they may

been brought, in the course of God's providence, into connexion with some of these churches, and some of these ministers, I have been led to form a favourable estimate of their general character and principles, and may therefore be disposed, perhaps, to contemplate any question as to their character under somewhat livelier impressions that they are respectable and useful Christian churches, and that the leading men among them are good Christian men and good Christian ministers, who, whatever difficulties surround them, are manifesting Christian principles in their ordinary lives and conversation. I may have a somewhat more lively impression of that view, and may give some more weight to it, than the general tone and feeling cherished among those who have not had the same opportunities of knowing them, and may have a deeper sense of the utter folly and absurdity of holding them up in the light in which abolitionists commonly represent them. But I venture to say, that in so far as I hold and entertain somewhat more favourable, or rather, I should say, livelier impressions of what is really good and Christian about these men, than do some of my brethren ; and if I love them more than they do, because I know them better, this just makes me all the more desirous, on that very account, to see the entire abolition of American slavery; and I believe it would make me more cordially willing to do all in my power, in a fit, and right, and Christian way, to secure that important end, (applause.) There is much about the condition of American slavery that is not very creditable to some of the churches in that country. I believe there is much in the actual state of things in that respect which is injurious to the character and usefulness of these churches. But any feeling of regard I have towards those churches constrains me to wish with all the greater earnestness, that this system was brought to a complete and speedy termination, (applause.) It is needless, however, to enlarge on general topics of that kind. I did not expect that we would have had to-day even so much difference as has been brought out by my friend Mr Macbeth. There is no doubt that in this difference there is involved a question of some importance, and that must be at once conceded. Mr Macbeth brought out clearly and correctly the nature and amount of the difference ; he explained well the status questionis; but made a most egregious failure in the proofs by which he attempted to establish the position which he laid down, (loud cheers.) I would, in other circumstances, be disposed to enter and dwell on the merits of this branch of the case. But I must say plainly, that the matter has been so completely disposed of by my learned friend and colleague Dr Duncan, that little more requires to be said by me on that point; and it comes, too, with a certain degree of greater weight from Dr Duncan than it will come with from myself. It is one of the artifices- I will not say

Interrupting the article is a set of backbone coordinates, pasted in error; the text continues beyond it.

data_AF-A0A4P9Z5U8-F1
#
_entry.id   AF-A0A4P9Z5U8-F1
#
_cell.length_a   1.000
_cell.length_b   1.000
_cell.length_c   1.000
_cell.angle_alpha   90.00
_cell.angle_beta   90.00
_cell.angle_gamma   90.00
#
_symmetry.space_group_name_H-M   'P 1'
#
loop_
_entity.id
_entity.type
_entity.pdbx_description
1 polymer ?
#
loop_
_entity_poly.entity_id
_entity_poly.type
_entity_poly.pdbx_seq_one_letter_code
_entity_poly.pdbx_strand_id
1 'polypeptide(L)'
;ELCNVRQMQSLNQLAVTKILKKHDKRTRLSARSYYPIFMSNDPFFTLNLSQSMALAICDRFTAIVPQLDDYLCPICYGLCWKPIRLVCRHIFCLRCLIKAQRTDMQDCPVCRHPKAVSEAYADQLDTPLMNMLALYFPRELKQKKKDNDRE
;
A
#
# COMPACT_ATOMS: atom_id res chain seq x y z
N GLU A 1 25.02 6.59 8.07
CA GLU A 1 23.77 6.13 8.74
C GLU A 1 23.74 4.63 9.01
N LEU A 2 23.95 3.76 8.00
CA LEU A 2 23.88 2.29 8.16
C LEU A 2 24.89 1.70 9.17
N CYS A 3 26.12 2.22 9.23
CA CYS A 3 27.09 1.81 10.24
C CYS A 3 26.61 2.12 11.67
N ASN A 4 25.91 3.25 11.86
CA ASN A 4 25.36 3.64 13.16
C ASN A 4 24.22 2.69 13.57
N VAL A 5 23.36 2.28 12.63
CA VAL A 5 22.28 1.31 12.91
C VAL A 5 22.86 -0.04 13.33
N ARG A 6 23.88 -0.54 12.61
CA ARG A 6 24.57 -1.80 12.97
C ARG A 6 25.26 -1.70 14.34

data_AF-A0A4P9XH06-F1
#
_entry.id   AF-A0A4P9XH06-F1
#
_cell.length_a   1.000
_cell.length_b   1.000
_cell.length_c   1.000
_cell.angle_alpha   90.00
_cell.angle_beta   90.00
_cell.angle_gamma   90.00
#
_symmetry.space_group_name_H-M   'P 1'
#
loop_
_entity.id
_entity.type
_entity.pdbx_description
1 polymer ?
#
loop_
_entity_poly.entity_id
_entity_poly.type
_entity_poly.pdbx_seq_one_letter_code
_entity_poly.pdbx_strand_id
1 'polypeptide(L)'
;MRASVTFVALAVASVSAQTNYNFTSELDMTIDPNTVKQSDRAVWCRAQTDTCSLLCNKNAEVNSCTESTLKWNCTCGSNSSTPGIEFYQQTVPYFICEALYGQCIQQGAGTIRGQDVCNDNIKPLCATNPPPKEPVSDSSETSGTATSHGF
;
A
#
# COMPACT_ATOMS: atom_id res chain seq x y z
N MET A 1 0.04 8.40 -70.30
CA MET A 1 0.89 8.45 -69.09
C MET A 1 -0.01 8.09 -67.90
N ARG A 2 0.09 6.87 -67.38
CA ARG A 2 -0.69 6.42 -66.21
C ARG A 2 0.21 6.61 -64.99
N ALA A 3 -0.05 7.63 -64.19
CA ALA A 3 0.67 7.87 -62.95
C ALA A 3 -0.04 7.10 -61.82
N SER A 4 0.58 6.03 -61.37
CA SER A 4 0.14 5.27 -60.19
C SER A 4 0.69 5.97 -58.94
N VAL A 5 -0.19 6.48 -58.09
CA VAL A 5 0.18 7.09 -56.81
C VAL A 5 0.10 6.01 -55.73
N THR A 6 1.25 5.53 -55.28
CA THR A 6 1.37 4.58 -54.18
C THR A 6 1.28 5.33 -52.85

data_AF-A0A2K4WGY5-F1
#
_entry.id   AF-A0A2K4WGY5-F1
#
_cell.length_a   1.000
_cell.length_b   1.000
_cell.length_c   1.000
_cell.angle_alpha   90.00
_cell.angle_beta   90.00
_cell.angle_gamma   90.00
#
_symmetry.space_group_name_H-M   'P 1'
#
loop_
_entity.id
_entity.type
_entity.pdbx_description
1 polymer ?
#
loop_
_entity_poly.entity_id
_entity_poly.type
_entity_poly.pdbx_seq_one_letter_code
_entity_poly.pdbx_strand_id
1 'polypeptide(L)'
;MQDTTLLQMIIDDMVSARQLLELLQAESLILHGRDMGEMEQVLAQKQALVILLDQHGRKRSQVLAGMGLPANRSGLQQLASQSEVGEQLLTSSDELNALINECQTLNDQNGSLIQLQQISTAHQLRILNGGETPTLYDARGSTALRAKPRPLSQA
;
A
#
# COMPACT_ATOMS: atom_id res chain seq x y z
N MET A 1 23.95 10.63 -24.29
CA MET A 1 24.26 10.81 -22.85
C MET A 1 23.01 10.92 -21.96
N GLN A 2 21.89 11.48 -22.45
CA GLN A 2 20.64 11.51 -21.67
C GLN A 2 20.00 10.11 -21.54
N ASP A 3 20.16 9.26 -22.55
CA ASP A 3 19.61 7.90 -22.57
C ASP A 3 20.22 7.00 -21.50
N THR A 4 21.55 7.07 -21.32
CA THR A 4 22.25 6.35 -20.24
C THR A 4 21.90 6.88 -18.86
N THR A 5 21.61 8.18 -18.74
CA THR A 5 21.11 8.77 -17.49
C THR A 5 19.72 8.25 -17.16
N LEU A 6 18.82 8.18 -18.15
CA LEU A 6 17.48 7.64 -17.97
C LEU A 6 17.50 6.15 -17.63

artifice -it is one of the expedients often employed on questions of this sort, to allege that men differ from each other far more than they do. There